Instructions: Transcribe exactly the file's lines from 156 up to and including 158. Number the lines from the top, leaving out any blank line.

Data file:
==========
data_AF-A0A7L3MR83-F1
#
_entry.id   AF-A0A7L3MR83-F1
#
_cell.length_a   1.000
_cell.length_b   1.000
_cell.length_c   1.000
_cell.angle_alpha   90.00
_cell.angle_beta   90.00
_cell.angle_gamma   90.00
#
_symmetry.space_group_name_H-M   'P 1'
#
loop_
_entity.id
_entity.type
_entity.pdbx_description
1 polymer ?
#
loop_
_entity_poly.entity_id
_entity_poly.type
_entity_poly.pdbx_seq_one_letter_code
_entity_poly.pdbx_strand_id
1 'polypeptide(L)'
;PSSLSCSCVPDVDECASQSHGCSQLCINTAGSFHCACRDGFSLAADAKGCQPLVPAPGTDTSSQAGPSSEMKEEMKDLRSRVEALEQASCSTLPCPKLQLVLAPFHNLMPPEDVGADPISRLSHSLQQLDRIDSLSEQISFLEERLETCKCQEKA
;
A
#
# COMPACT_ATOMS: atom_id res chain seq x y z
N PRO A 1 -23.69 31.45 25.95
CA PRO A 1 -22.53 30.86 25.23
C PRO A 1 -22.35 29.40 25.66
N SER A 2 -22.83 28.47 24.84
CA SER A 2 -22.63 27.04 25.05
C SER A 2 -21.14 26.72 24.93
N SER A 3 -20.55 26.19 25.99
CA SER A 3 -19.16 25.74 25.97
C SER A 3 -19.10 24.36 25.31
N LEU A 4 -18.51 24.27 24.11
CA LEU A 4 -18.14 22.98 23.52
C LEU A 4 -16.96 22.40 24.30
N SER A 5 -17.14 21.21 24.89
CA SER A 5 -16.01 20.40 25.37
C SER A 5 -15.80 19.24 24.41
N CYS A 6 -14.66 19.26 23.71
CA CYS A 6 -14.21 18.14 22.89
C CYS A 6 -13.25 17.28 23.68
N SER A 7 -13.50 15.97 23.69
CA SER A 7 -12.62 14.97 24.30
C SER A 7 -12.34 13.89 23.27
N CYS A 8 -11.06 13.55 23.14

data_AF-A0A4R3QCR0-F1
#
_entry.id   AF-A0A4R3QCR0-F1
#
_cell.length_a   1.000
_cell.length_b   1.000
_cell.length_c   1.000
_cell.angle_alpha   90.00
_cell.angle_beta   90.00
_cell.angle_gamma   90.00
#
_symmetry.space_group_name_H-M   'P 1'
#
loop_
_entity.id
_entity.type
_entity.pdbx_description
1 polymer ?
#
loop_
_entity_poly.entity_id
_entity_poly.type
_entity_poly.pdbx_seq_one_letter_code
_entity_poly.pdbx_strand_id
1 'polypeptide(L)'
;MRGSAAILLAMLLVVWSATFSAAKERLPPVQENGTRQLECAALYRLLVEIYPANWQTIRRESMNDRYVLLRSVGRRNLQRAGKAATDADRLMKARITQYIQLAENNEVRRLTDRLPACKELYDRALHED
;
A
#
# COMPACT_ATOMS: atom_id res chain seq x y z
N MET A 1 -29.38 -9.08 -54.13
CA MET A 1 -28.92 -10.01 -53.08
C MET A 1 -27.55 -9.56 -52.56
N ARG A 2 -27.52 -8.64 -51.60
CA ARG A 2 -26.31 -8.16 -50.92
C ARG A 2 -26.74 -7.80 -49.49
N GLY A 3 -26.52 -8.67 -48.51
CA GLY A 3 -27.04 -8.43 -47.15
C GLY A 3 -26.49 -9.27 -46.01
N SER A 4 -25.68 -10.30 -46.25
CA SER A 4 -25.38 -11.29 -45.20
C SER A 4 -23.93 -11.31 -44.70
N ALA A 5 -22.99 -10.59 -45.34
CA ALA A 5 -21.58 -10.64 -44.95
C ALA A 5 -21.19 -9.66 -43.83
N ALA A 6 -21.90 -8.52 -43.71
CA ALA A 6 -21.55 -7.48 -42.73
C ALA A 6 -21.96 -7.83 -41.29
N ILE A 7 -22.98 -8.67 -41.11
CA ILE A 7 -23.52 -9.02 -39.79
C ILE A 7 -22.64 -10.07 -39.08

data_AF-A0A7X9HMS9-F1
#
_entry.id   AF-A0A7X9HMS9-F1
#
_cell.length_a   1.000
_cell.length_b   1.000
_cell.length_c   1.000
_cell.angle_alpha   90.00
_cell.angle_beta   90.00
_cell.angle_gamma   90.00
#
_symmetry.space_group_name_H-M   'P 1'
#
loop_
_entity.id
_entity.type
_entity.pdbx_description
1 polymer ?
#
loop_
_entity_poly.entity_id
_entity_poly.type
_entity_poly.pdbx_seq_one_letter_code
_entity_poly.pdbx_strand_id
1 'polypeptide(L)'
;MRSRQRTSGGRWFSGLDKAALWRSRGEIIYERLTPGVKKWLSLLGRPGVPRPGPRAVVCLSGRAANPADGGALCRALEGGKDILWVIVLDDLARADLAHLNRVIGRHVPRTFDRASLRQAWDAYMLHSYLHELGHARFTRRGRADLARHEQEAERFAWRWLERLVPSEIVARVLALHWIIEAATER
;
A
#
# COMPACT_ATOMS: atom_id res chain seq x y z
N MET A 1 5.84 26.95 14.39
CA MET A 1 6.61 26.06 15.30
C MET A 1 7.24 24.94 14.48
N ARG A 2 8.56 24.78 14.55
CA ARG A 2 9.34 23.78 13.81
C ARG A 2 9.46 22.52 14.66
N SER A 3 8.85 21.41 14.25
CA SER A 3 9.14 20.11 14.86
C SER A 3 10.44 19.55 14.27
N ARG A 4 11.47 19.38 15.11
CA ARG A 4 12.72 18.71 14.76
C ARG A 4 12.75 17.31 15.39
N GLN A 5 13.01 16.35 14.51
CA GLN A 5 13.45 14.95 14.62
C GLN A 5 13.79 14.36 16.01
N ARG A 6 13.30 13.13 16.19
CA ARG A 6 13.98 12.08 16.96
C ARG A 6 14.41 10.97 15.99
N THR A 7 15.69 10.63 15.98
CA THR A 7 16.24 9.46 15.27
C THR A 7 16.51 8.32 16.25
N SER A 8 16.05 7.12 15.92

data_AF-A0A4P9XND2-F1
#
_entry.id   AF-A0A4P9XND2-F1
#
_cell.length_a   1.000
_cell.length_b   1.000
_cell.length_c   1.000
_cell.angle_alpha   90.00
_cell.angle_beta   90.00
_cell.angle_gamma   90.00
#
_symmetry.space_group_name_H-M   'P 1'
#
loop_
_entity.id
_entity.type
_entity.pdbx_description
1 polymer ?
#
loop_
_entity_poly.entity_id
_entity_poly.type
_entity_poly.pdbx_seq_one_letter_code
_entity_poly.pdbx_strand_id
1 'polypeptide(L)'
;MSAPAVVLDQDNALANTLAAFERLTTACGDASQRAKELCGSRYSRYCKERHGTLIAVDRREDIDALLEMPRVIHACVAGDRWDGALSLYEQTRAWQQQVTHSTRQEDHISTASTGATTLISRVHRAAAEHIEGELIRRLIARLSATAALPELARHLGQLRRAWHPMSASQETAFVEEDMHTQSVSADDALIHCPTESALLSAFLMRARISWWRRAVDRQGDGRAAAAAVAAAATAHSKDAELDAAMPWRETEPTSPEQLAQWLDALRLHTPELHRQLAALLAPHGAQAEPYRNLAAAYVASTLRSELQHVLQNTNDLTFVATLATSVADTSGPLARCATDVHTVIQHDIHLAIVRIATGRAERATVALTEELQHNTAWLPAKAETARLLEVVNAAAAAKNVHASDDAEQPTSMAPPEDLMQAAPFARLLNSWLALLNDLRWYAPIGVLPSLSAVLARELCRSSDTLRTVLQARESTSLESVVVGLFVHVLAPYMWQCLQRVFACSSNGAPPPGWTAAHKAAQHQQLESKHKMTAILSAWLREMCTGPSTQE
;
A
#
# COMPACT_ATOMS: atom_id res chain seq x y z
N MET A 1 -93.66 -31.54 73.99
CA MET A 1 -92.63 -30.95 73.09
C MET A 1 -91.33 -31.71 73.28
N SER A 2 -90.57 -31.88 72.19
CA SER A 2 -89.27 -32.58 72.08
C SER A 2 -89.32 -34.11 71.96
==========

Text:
data_AF-A0A4P9XND2-F1
#
_entry.id   AF-A0A4P9XND2-F1